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UK Kinect shortages not 'managed,' says Microsoft exec (but totally welcome, we presume)

In the fall of 2006, global shortages of the Wii were met with accusations of "managed scarcity" – the polite way of saying that Nintendo was keeping inventory low to help weave a tale of unprecedented demand. Four years of steady sales (well ... let's agree on three-and-a-half) has helped clear Nintendo's good name; however, similar accusations are evidently being levied against Microsoft, which has been accused of managing shortages of the Kinect in the UK and Ireland to "stimulate demand," according to

"Anyone who actually works in the business of producing new technology, especially hardware technology, will know that these things are never managed," general manager for Xbox in the UK and Ireland Neil Thompson told GI. "Everyone else loves to think that they're managed, but they will know it's not. It's a function of coming to market with a brand new innovation and you have to scale up."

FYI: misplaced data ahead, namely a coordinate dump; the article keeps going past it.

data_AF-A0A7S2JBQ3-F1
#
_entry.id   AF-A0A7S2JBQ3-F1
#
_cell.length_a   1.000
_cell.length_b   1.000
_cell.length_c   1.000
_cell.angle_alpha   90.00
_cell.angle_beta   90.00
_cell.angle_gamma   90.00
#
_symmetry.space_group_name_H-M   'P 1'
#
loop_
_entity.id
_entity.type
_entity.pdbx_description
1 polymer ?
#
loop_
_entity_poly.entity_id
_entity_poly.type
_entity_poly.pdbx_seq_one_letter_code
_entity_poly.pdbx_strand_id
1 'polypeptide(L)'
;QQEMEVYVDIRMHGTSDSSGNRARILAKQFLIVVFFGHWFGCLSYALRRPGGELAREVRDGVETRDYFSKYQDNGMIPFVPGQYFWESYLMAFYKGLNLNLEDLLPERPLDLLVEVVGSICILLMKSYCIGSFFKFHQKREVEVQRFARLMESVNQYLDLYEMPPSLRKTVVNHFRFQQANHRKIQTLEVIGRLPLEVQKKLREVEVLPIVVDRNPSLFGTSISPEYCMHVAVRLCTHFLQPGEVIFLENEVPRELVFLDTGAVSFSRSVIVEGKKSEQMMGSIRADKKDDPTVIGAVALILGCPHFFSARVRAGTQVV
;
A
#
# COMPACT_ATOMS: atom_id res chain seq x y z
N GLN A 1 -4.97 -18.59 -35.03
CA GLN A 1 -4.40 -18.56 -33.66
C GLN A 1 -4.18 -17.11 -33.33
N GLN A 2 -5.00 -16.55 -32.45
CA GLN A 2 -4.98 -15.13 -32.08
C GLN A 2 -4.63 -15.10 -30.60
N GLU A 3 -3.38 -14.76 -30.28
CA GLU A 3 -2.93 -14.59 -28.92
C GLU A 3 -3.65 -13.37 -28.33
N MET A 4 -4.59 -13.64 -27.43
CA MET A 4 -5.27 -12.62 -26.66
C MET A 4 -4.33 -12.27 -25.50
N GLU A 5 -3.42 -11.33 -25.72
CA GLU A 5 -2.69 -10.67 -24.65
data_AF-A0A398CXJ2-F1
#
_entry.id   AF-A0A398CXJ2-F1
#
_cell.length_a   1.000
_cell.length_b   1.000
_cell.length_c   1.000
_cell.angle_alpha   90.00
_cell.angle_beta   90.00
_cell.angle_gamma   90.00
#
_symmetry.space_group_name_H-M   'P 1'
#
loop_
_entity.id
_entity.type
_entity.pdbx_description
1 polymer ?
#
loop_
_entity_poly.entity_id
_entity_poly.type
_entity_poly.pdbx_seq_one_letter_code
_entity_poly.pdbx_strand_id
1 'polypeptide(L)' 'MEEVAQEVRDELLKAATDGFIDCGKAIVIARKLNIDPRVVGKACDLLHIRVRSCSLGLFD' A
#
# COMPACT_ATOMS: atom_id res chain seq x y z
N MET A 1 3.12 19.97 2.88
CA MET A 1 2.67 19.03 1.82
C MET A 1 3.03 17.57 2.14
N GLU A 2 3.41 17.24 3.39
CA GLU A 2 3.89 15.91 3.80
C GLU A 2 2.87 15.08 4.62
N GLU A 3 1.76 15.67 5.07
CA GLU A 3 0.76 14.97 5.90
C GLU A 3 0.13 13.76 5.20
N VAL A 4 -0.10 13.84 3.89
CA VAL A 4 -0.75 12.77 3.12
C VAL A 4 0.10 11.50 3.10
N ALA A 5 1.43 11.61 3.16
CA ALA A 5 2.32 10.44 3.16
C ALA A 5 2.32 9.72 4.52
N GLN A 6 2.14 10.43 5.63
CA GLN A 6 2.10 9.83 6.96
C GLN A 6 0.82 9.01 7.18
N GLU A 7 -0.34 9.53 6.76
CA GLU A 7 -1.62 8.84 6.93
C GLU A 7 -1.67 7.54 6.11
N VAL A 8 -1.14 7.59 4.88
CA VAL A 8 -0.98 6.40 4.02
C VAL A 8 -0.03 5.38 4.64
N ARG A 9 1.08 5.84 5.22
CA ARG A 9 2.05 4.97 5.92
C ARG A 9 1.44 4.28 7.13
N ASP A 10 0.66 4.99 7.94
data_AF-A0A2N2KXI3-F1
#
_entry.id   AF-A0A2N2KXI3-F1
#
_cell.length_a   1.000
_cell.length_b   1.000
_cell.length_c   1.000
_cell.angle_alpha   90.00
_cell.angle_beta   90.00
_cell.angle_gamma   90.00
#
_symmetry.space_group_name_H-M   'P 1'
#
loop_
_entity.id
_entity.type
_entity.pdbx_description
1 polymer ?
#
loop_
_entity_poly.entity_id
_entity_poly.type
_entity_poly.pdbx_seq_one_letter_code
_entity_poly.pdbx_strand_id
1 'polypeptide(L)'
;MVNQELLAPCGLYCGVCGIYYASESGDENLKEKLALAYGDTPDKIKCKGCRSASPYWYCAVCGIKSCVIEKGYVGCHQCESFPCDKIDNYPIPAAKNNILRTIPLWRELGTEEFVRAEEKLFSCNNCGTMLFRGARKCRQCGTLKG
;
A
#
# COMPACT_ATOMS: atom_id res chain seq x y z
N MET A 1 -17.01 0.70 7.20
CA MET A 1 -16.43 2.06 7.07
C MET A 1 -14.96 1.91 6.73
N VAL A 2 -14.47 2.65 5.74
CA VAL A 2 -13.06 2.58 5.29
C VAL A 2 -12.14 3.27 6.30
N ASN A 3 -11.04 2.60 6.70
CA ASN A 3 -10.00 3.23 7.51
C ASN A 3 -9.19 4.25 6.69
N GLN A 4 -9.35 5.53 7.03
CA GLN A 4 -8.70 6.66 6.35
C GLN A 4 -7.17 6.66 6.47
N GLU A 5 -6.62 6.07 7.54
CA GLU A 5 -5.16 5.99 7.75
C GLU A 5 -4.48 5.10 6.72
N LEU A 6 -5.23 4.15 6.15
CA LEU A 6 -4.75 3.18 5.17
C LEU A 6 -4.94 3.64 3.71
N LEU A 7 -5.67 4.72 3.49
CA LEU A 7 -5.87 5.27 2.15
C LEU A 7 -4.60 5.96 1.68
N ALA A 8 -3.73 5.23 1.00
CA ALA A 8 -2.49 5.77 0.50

With a goal of 5 million units in consumers' hands worldwide by the end of 2010, and a post-Black Friday milestone of 2.5 million already sold, Microsoft doesn't seem to be in the business of withholding inventory. Thompson said that the decision to launch in November was a "balance," and Kinect could have waited "until February, March when we could hit some bigger launch numbers but then we miss Christmas." Also to blame for any shortages at retailers: that worldwide release. Xbox UK marketing manager Stephen McGill told GI, "With Kinect we launched around the world in three weeks. That was a huge task. No region is being penalised."

As much as we want to trust a Microsoft marketing manager, we thought we'd instead conduct an entirely scientific poll to determine if there's any global concern with Kinect shortages.

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